Uncompromising ghostly panels of latex hang from the Parasol Unit’s gallery. This is Swiss artist Heidi Butcher’s first major survey of work in the UK. Her very first pieces originally gravitated around the body. Over the years, she expanded to more imposing types including structures such as doors, windows and facades. Her first large scale work using the idiosyncratic method of ‘skinnings’ entitled Borg, was created in 1976.
If it seems like Butcher’s work is familiar, it may be because it stems from the vernacular. The door plinths are comparable to skin veins, the imperfection of the latex casts reminiscent of wrinkles and the cumbersome of events from the past.
The process appears to have been delicate but Butcher radicalised it into an empowering moment. She first applied gauze to the surface of the desired structures followed by several layers of liquid latex. The video projected in the gallery confirms the theatrical experience of the skinnings almost comparable to a performance. Violently ripping off the layers from the buildings, Butcher wrestles with the medium, agitating her own body to give life to her art. The procedure appears to be a painful one, the swift movements of the latex layers coming off the walls and dragged across the floor translate the idea of resurrection or even childbirth. It is as if Butcher was releasing all the emotions soaked in the building’s surfaces, the good and the bad, the laughter and tears. Latex replicas, of a former butcher and a psychiatric facility discharge the intense atmosphere of such daunting locations. Shutters, shingles, parquet floor, balcony, doors, and costume projects dramatically invade the space, hauntingly looming across the walls.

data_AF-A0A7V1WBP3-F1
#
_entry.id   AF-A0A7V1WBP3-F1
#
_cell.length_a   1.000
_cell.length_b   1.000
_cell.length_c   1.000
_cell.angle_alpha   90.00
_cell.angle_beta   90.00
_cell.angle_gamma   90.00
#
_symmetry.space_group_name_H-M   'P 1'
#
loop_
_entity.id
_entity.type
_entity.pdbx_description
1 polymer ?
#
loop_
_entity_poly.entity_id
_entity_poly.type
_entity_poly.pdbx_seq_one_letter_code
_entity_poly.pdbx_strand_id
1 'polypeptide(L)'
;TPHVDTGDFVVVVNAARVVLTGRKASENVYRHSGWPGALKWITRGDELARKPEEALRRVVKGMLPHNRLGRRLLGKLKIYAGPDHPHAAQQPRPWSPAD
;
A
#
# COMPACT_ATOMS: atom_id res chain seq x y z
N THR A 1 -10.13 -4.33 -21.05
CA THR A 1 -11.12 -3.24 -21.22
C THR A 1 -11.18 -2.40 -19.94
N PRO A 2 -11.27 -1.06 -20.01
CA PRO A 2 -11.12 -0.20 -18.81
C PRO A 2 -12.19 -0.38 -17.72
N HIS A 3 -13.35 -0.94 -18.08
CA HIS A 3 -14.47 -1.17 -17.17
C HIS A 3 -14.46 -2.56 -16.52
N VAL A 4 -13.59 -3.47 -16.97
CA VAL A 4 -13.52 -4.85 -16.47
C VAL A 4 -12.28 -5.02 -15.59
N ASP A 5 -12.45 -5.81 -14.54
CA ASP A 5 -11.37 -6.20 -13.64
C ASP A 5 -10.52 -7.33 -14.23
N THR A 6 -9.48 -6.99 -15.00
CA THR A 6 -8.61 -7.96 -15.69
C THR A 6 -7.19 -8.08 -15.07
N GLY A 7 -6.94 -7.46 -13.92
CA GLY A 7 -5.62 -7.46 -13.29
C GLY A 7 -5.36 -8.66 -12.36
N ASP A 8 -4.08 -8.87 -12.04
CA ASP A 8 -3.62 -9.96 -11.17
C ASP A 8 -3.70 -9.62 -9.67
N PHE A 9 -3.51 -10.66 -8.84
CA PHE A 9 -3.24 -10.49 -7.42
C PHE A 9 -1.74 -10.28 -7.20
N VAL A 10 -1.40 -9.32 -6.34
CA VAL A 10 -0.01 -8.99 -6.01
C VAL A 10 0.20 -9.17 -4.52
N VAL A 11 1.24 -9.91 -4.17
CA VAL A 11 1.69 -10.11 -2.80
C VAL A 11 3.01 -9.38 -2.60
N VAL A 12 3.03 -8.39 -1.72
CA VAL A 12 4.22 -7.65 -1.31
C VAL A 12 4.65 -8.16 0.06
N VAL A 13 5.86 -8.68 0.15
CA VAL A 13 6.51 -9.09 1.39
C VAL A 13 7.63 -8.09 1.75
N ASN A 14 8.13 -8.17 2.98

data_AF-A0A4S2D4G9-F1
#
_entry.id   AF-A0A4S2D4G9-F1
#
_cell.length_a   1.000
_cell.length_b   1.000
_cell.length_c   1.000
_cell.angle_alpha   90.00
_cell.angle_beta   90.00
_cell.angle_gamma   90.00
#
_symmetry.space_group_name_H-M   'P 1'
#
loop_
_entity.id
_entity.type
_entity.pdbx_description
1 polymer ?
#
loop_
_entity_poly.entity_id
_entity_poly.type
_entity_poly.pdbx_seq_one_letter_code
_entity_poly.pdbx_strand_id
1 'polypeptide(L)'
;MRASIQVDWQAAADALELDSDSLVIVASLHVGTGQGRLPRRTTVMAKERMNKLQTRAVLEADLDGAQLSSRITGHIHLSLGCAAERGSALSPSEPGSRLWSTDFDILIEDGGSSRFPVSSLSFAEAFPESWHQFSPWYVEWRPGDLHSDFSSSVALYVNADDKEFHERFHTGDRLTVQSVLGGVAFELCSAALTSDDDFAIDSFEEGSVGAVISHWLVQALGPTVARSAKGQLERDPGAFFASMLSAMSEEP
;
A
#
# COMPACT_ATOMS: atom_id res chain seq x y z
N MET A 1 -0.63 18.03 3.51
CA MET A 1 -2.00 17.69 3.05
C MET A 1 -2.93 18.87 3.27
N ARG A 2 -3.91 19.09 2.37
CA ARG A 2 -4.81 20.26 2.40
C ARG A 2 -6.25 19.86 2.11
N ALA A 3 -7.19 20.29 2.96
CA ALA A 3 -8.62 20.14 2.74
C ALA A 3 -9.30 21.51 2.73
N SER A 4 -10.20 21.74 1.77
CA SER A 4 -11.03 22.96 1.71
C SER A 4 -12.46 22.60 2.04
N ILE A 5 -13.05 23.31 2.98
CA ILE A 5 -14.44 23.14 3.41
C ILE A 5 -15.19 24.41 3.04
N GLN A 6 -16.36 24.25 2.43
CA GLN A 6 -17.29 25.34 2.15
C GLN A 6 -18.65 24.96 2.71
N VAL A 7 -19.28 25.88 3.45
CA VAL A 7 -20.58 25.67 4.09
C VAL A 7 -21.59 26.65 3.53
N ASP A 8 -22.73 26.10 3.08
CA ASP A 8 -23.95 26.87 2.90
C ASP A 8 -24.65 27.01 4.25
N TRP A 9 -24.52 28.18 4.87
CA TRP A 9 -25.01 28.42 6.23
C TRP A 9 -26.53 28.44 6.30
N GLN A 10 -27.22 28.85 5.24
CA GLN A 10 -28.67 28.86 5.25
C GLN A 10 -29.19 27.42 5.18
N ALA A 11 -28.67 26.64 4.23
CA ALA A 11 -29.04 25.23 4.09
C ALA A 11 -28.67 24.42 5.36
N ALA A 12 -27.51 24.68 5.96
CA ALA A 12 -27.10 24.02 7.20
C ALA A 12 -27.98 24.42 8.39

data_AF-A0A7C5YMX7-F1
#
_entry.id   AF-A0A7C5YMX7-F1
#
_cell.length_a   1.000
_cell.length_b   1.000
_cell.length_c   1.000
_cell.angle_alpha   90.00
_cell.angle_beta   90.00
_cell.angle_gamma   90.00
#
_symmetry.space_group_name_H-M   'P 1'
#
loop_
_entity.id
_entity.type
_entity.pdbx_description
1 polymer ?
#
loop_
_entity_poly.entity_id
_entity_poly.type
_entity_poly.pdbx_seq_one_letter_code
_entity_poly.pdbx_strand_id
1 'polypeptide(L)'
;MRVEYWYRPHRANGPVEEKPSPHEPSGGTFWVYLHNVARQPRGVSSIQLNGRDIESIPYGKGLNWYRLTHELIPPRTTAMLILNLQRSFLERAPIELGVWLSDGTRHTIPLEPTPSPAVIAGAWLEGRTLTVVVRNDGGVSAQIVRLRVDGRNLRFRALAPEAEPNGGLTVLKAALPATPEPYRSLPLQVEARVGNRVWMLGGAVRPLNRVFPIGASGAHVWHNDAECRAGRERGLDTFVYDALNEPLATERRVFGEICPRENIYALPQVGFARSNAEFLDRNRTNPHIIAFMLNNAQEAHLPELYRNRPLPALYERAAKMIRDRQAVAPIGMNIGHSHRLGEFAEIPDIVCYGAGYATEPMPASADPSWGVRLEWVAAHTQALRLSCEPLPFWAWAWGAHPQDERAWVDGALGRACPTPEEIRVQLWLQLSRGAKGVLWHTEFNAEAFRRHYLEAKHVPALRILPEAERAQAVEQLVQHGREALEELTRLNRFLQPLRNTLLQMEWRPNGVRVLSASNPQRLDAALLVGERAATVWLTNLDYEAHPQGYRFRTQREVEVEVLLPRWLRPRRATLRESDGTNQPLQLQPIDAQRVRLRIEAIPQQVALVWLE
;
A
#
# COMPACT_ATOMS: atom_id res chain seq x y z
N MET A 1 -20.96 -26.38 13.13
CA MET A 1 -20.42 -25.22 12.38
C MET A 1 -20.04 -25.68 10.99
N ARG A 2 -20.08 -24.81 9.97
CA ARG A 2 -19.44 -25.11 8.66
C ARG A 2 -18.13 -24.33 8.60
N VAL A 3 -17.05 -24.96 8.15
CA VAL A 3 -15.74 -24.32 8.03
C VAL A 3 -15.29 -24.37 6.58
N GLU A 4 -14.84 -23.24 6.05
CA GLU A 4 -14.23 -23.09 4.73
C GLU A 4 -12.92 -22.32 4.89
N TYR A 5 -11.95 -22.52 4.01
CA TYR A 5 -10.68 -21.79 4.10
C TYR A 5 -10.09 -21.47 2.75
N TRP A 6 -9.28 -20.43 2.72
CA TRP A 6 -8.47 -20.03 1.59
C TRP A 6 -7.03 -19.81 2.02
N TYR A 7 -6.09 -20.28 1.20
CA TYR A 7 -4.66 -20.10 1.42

Other pieces from Butcher’s repertoire have been displayed. On the terrace stands a fluid stream spilling from a jar into a blue pool around the base. On the gallery’s upper level, textiles covered in mother-of-pearl pigments and miniature versions of houses strike with their fragile nature.
‘Frenetic dialogue’ seems to summarise Butcher’s work. In each piece, there is an element of nostalgia, as if there were something crucial to be remembered in each of the objects and buildings encountered. The artist caught their essence brilliantly or perhaps more than essence, could we say she caught a feeling?
It appears to be a moment in time, a snapshot of her reality, translated into the subconscious of her mind. One cannot be fooled by the physicality of her work. Behind each sculpture representing a pure material such as brick, cement, or water, hides her perception of life at that given time.
Butcher has seemingly immortalised her roots. The thin skins of latex’ transparency confer a vulnerability to the pieces which mirrors our own. They cautiously invite us to reflect on our childhood traumas and other symbolic periods imprinted on our past. As a result, we stare at the vestiges of our memories.
Heidi Butcher at Parasol Unit (19 September – 9 December 2018)